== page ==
The Securities and Exchange Commission (“SEC”) yesterday adopted new rules lifting the ban on general solicitation and/or advertising for funds for certain private offerings of securities. The SEC took this action in order to implement the federal JOBS Act, which was passed by Congress in April 2012.
The SEC’s new rules become final in 60 days, following a period of public comment. Once finalized, startups, entrepreneurs, fund managers, and others will be able to utilize general advertising (e.g., in a newspaper or on a website) in an exempt offering under Rule 506 of Regulation D so long as the sale is to an “accredited investor.” Federal securities laws generally define an “accredited investor” in Rule 501 of Regulation D to include:
- a bank, insurance company, registered investment company, business development company, or small business investment company;
- an employee benefit plan, within the meaning of the Employee Retirement Income Security Act, if a bank, insurance company, or registered investment adviser makes the investment decisions, or if the plan has total assets in excess of $5 million;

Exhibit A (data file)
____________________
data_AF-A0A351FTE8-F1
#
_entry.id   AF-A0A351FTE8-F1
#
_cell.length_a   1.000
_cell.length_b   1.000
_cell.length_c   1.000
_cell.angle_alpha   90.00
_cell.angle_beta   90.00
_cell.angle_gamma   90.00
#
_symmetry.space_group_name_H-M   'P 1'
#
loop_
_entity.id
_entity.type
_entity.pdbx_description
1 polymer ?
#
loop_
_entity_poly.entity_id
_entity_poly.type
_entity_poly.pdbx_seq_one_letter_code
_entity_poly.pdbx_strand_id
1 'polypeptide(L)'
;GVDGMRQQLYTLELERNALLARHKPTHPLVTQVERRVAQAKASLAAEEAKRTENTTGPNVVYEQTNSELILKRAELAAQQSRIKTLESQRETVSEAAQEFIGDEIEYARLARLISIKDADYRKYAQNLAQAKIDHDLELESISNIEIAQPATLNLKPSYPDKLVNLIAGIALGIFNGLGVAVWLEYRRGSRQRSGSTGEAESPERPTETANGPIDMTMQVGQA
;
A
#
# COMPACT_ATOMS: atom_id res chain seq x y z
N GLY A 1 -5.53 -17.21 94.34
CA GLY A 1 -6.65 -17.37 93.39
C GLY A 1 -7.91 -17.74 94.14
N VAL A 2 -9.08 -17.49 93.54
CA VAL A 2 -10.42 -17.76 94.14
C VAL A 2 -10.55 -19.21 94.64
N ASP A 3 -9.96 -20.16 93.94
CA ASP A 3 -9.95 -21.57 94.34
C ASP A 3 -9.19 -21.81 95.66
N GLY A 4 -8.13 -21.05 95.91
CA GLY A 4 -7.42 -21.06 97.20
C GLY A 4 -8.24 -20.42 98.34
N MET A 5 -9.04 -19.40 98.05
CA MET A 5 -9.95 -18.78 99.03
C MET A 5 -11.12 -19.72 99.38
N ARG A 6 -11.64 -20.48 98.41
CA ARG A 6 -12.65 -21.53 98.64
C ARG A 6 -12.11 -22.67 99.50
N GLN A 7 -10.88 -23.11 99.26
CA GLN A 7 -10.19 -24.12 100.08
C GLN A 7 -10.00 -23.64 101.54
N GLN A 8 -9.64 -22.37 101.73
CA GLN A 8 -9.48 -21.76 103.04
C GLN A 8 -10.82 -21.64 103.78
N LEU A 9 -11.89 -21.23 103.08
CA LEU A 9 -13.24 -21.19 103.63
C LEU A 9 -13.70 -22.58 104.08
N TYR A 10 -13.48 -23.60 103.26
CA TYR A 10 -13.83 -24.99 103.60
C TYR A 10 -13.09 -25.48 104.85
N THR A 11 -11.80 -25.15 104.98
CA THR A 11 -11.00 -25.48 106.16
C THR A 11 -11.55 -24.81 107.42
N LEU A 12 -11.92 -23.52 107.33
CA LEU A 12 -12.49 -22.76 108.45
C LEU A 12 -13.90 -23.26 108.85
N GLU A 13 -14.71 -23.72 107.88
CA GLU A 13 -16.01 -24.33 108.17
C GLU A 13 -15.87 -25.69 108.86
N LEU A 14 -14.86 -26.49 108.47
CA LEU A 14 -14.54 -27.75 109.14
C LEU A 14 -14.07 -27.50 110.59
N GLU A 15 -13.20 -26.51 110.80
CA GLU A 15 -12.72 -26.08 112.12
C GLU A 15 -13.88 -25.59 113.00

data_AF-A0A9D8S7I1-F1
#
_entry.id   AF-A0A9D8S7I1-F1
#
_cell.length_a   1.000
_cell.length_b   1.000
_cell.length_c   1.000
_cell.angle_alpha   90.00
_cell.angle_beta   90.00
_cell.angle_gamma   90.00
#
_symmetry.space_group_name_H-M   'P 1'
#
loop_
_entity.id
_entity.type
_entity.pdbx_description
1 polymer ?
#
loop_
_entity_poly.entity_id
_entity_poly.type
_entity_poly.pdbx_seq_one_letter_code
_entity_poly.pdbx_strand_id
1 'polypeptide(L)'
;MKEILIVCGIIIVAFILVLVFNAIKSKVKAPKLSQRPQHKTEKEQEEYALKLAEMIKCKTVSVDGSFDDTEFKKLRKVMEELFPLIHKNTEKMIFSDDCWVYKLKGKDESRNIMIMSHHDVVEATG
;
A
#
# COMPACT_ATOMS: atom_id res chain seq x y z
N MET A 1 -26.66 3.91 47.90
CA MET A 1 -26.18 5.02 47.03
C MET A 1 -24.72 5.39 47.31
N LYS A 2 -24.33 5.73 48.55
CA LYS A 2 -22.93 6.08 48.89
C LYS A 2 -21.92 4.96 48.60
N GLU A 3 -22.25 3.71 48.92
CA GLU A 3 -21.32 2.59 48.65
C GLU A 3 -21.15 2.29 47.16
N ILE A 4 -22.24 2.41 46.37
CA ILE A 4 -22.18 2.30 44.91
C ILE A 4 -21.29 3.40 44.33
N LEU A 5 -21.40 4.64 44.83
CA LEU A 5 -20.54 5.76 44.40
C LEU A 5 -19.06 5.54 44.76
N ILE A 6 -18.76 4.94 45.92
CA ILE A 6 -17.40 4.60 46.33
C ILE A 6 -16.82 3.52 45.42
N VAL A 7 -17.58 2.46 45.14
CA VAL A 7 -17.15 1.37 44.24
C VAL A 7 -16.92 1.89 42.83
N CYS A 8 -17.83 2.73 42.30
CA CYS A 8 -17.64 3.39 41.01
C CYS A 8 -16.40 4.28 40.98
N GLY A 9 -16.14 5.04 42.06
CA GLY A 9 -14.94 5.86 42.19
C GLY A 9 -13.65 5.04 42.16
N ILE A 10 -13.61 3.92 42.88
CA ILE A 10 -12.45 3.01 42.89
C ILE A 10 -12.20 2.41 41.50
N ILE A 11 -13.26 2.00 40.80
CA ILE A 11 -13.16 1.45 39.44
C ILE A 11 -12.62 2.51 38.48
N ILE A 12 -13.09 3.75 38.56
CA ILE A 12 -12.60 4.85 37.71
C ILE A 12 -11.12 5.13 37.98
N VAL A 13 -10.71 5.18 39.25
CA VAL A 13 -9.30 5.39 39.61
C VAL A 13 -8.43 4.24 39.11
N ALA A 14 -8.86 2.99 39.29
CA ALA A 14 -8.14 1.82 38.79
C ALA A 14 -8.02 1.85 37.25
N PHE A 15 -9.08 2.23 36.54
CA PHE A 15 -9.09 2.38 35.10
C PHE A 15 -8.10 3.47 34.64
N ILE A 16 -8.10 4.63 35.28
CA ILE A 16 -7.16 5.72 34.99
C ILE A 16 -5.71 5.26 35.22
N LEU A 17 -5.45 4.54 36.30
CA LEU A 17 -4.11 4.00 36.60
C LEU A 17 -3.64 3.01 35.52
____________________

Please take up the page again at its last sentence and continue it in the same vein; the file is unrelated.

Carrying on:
- a charitable organization, corporation, or partnership with assets exceeding $5 million;
- a director, executive officer, or general partner of the company selling the securities;
- a business in which all the equity owners are accredited investors;
- a natural person who has individual net worth, or joint net worth with the person’s spouse, that exceeds $1 million at the time of the purchase, excluding the value of the primary residence of such person;
- a natural person with income exceeding $200,000 in each of the two most recent years or joint income with a spouse exceeding $300,000 for those years and a reasonable expectation of the same income level in the current year; or
- a trust with assets in excess of $5 million, not formed to acquire the securities offered, whose purchases a sophisticated person makes.
For more information, you can find the SEC’s July 10, 2013 press release along with links to the final rules here.